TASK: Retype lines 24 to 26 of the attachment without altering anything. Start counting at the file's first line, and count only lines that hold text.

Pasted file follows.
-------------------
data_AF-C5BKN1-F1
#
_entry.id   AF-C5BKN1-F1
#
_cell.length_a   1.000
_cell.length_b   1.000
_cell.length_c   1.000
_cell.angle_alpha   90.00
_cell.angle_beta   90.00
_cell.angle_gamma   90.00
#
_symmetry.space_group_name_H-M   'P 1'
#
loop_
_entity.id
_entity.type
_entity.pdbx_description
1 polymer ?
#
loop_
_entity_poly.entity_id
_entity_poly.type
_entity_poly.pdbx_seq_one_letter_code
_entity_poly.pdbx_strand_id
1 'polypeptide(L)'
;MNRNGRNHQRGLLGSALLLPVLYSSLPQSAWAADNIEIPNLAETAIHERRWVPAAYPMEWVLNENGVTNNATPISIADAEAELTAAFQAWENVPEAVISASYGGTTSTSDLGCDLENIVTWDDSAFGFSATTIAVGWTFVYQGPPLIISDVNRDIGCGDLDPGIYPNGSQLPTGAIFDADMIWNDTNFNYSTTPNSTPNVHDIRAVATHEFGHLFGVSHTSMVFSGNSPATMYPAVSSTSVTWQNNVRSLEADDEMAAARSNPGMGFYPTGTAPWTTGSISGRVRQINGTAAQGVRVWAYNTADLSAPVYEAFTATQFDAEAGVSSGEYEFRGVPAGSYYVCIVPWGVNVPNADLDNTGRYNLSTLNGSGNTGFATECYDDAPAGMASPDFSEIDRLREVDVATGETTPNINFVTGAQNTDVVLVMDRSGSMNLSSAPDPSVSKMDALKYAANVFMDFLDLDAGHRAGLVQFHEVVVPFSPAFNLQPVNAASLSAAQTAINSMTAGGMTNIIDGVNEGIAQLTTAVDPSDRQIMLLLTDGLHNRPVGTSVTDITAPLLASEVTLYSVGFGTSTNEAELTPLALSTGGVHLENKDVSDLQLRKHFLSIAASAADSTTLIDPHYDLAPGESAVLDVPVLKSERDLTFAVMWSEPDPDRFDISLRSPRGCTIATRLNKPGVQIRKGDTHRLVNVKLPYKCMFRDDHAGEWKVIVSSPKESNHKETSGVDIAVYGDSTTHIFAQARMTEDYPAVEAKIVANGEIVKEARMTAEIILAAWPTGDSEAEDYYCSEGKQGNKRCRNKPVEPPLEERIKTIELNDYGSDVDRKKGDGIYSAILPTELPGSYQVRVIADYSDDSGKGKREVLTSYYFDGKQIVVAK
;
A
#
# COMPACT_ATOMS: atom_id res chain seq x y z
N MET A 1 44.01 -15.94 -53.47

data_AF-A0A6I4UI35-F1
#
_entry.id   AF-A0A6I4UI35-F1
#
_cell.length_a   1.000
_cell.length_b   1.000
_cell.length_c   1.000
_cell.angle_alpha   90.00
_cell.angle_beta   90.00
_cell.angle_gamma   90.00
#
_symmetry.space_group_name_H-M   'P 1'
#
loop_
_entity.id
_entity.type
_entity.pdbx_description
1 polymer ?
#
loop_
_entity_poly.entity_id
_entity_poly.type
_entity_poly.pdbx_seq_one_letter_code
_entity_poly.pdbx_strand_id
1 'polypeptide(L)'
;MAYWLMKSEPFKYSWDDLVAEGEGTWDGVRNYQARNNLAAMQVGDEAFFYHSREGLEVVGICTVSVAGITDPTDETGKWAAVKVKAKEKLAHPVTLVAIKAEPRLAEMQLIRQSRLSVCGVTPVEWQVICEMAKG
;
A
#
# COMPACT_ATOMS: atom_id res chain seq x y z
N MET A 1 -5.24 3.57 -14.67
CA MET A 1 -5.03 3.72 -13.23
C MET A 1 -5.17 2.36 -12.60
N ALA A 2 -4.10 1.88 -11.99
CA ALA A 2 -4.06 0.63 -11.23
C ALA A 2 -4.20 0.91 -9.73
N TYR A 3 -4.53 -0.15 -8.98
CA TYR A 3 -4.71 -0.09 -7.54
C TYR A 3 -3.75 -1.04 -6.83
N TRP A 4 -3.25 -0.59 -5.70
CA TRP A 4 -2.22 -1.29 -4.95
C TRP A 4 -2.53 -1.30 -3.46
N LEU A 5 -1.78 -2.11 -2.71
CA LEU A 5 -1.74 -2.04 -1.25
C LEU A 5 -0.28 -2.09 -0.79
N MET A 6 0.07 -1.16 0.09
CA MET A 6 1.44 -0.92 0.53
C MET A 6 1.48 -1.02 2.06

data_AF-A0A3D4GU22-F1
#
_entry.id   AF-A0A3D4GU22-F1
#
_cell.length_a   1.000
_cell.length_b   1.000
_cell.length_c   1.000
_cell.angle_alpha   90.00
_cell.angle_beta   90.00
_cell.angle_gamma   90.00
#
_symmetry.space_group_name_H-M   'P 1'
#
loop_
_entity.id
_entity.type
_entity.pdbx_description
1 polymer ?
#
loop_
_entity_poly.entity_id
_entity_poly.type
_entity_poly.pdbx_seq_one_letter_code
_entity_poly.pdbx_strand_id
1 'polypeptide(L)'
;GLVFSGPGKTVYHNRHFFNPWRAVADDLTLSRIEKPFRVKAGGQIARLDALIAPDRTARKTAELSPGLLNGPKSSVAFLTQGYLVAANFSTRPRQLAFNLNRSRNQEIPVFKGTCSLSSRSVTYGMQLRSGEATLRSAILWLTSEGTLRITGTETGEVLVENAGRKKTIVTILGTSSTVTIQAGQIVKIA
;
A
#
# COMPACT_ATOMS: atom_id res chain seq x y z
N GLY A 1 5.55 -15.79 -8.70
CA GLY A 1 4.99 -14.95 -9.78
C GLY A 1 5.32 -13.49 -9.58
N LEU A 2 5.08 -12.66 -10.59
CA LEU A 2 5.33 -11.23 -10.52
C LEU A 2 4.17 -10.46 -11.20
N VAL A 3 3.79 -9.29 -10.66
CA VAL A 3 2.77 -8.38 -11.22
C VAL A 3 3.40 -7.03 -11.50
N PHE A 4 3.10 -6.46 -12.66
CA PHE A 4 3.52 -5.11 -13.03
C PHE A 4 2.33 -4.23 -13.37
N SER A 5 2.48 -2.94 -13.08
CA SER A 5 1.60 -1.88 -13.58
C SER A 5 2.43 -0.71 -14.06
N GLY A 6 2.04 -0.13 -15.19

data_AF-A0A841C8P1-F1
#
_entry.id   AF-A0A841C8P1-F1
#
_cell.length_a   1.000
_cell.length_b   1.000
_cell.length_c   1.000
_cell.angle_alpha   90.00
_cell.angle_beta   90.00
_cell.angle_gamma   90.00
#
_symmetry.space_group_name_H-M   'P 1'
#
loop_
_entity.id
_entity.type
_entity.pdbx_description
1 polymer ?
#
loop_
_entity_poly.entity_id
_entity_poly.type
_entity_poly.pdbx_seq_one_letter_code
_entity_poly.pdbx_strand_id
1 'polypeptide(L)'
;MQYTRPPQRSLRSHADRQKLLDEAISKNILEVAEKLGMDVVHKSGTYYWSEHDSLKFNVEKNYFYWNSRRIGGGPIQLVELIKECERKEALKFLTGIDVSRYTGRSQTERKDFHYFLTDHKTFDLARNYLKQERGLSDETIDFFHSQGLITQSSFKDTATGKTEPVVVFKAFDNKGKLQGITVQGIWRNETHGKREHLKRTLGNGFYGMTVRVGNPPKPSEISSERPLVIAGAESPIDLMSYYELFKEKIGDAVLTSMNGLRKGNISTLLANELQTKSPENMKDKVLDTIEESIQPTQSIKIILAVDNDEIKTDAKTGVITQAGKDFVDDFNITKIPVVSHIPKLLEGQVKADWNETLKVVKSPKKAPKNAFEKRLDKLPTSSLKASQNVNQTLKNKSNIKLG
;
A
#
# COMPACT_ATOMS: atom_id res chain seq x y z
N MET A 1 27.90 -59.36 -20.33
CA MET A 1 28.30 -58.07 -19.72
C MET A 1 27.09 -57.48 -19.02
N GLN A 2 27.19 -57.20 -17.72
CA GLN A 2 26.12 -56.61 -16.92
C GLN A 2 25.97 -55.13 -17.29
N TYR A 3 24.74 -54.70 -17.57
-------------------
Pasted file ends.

_entity_poly.pdbx_strand_id
1 'polypeptide(L)'
;MNRNGRNHQRGLLGSALLLPVLYSSLPQSAWAADNIEIPNLAETAIHERRWVPAAYPMEWVLNENGVTNNATPISIADAEAELTAAFQAWENVPEAVISASYGGTTSTSDLGCDLENIVTWDDSAFGFSATTIAVGWTFVYQGPPLIISDVNRDIGCGDLDPGIYPNGSQLPTGAIFDADMIWNDTNFNYSTTPNSTPNVHDIRAVATHEFGHLFGVSHTSMVFSGNSPATMYPAVSSTSVTWQNNVRSLEADDEMAAARSNPGMGFYPTGTAPWTTGSISGRVRQINGTAAQGVRVWAYNTADLSAPVYEAFTATQFDAEAGVSSGEYEFRGVPAGSYYVCIVPWGVNVPNADLDNTGRYNLSTLNGSGNTGFATECYDDAPAGMASPDFSEIDRLREVDVATGETTPNINFVTGAQNTDVVLVMDRSGSMNLSSAPDPSVSKMDALKYAANVFMDFLDLDAGHRAGLVQFHEVVVPFSPAFNLQPVNAASLSAAQTAINSMTAGGMTNIIDGVNEGIAQLTTAVDPSDRQIMLLLTDGLHNRPVGTSVTDITAPLLASEVTLYSVGFGTSTNEAELTPLALSTGGVHLENKDVSDLQLRKHFLSIAASAADSTTLIDPHYDLAPGESAVLDVPVLKSERDLTFAVMWSEPDPDRFDISLRSPRGCTIATRLNKPGVQIRKGDTHRLVNVKLPYKCMFRDDHAGEWKVIVSSPKESNHKETSGVDIAVYGDSTTHIFAQARMTEDYPAVEAKIVANGEIVKEARMTAEIILAAWPTGDSEAEDYYCSEGKQGNKRCRNKPVEPPLEERIKTIELNDYGSDVDRKKGDGIYSAILPTELPGSYQVRVIADYSDDSGKGKREVLTSYYFDGKQIVVAK